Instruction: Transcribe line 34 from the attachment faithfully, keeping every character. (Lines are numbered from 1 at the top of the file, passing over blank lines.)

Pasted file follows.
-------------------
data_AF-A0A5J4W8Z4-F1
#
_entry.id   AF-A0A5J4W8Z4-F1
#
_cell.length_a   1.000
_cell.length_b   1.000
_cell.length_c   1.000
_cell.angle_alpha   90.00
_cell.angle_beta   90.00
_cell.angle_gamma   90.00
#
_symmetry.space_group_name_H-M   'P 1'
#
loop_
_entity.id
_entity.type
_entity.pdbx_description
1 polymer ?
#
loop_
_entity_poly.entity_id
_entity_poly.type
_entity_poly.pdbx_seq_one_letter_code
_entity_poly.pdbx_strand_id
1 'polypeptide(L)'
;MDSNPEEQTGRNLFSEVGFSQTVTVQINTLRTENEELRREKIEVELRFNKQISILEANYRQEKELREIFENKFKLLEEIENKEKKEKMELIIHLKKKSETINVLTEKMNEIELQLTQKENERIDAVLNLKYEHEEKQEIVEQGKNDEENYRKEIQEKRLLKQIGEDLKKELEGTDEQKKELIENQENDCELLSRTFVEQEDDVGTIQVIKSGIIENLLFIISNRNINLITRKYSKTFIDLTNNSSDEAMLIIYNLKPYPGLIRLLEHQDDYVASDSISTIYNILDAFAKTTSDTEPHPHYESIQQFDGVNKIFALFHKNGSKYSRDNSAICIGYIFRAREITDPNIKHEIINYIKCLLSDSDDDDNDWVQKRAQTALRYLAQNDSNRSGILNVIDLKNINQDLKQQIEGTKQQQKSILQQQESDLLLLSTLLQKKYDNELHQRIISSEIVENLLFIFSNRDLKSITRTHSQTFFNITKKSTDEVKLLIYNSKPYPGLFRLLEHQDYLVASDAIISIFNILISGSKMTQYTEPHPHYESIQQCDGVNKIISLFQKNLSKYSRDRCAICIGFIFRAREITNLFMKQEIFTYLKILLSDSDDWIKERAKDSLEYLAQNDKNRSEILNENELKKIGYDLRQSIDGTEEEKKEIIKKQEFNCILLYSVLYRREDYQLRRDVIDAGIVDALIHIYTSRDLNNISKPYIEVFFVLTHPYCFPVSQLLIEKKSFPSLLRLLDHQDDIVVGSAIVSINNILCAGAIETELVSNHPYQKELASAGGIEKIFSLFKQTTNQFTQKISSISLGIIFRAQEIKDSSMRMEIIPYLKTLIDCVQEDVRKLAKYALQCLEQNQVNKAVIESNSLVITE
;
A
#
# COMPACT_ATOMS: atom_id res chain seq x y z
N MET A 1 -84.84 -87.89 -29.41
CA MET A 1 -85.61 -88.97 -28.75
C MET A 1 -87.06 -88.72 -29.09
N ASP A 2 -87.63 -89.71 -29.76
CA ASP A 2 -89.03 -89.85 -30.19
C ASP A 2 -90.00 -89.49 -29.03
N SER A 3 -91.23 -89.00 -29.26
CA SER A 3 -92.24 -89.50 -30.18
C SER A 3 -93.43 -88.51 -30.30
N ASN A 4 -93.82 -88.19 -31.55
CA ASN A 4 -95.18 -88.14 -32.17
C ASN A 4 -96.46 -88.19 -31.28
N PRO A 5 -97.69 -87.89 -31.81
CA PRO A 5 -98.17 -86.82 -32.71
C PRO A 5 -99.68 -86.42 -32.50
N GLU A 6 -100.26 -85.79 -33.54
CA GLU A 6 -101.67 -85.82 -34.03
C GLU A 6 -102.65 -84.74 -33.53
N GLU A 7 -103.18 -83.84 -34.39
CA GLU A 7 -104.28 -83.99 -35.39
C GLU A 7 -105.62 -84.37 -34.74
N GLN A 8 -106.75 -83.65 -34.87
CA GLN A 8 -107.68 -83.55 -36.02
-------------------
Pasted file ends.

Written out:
N ASP A 2 -87.63 -89.71 -29.76